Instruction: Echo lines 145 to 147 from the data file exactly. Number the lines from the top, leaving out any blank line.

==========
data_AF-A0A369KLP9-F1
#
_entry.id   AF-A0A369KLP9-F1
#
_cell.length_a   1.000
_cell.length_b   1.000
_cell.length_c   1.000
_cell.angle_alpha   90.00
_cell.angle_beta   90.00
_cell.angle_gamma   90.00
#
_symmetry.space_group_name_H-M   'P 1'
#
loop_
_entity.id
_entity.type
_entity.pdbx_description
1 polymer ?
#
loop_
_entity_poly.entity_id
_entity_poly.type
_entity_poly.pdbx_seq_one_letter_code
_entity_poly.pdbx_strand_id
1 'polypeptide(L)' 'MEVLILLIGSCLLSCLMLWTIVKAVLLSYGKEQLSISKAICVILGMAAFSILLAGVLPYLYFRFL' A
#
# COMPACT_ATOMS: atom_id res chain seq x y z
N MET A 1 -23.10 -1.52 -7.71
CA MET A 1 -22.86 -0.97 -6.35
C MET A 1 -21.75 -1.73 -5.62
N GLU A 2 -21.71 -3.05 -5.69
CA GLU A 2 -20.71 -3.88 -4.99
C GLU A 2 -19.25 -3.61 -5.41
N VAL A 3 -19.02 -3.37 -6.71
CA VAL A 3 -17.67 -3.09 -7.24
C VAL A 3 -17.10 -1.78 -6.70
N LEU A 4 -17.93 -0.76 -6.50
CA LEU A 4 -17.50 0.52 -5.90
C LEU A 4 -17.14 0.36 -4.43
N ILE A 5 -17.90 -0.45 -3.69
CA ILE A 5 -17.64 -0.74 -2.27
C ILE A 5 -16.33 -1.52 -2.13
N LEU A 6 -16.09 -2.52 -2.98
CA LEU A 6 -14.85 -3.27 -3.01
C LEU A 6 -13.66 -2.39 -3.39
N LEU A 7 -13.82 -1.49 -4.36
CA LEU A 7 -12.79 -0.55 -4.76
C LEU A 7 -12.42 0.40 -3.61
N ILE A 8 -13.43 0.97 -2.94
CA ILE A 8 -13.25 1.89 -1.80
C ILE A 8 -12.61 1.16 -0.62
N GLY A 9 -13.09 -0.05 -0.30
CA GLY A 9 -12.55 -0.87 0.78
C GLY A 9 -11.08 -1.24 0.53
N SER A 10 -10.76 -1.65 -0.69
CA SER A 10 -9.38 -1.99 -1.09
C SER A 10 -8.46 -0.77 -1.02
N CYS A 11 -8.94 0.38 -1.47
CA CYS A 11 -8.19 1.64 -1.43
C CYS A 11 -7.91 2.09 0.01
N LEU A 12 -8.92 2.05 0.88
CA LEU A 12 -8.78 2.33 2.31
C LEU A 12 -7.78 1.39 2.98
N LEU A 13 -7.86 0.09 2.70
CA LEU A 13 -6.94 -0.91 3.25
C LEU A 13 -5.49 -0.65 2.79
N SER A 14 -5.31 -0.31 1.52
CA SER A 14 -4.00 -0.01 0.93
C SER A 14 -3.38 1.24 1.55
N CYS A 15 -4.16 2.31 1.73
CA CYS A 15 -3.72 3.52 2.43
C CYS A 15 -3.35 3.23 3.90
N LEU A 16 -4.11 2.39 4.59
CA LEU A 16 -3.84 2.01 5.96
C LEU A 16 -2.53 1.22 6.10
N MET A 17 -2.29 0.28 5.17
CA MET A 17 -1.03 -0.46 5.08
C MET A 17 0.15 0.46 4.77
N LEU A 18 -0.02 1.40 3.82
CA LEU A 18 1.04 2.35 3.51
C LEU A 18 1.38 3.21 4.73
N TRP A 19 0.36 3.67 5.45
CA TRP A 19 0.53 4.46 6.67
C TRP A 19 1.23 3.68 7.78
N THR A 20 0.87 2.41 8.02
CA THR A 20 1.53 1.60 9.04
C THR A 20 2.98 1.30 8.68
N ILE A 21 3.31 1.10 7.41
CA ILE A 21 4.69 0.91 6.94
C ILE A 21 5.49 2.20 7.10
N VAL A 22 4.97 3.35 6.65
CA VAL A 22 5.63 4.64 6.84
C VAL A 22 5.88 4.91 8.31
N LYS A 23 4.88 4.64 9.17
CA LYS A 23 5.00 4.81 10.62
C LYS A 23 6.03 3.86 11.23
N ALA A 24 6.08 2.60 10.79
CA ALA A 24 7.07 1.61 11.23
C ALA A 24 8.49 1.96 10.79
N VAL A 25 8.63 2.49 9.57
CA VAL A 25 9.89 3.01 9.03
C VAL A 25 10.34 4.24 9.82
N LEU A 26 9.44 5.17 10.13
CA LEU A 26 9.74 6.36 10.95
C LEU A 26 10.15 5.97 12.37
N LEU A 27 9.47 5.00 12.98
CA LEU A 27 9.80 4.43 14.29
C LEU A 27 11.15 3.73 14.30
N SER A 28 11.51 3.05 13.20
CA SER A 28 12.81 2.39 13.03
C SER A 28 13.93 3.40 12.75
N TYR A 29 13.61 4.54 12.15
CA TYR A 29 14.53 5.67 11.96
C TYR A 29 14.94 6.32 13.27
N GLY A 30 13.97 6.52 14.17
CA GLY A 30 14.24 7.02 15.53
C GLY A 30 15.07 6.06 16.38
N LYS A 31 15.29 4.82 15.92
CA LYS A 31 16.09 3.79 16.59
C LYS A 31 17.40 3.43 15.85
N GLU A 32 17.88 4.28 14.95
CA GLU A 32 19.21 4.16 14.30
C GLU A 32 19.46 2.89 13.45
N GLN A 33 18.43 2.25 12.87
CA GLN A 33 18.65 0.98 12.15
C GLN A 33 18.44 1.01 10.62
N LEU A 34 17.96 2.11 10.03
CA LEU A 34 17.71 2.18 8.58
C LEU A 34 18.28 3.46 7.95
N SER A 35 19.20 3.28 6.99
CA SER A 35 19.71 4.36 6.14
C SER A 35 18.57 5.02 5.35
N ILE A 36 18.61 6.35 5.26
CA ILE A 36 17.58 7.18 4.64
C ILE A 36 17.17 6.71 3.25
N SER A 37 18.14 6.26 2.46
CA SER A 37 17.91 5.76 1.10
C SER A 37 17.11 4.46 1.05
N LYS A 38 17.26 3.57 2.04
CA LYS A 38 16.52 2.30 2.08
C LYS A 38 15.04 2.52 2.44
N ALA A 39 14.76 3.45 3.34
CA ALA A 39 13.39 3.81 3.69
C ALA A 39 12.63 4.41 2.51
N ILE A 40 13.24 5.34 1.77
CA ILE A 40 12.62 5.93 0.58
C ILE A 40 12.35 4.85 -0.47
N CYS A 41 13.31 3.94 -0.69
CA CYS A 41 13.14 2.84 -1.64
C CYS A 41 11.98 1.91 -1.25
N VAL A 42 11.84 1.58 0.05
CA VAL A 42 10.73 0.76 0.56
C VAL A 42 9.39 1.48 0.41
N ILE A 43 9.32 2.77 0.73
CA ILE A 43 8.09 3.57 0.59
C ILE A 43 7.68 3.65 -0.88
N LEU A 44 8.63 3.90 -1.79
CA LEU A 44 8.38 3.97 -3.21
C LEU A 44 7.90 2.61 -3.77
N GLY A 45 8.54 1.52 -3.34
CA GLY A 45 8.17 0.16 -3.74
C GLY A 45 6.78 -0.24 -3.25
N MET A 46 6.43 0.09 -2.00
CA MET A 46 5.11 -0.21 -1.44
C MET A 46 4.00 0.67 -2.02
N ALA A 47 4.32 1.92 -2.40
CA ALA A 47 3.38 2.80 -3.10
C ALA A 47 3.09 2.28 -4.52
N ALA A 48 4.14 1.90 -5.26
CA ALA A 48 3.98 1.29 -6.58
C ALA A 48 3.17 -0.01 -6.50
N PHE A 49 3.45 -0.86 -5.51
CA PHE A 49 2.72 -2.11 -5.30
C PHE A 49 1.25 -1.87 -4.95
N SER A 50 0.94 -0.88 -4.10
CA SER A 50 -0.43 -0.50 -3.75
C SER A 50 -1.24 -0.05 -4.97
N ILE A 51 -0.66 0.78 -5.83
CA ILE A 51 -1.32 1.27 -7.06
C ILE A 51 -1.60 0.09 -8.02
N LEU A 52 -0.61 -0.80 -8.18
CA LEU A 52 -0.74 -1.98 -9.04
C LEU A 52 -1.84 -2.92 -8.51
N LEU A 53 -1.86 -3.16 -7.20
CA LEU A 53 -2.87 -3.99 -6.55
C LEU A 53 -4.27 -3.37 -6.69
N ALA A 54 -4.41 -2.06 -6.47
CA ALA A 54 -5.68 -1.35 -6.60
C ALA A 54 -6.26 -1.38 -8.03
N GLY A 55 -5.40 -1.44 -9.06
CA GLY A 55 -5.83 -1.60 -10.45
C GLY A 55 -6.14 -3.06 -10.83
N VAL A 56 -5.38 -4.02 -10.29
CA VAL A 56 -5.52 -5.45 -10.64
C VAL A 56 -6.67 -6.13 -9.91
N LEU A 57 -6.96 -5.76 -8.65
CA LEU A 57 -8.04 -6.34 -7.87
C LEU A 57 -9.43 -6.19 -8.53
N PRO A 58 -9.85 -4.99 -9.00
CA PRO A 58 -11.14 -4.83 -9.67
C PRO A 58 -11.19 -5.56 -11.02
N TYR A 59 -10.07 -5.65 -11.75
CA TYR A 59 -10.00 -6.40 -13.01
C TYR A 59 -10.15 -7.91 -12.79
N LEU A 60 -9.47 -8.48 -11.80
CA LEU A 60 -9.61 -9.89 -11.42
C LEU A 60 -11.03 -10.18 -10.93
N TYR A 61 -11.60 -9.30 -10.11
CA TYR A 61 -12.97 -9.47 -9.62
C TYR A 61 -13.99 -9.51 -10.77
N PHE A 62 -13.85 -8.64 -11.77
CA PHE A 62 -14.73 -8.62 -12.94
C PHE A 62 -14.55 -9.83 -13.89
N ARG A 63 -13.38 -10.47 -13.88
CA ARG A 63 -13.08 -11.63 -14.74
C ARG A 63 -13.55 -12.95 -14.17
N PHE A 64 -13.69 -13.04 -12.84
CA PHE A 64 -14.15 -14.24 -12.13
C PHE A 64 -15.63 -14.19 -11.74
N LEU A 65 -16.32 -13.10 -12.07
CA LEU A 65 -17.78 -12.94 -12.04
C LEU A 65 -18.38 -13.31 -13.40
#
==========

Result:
N ILE A 40 13.24 5.34 1.77
CA ILE A 40 12.62 5.93 0.58
C ILE A 40 12.35 4.85 -0.47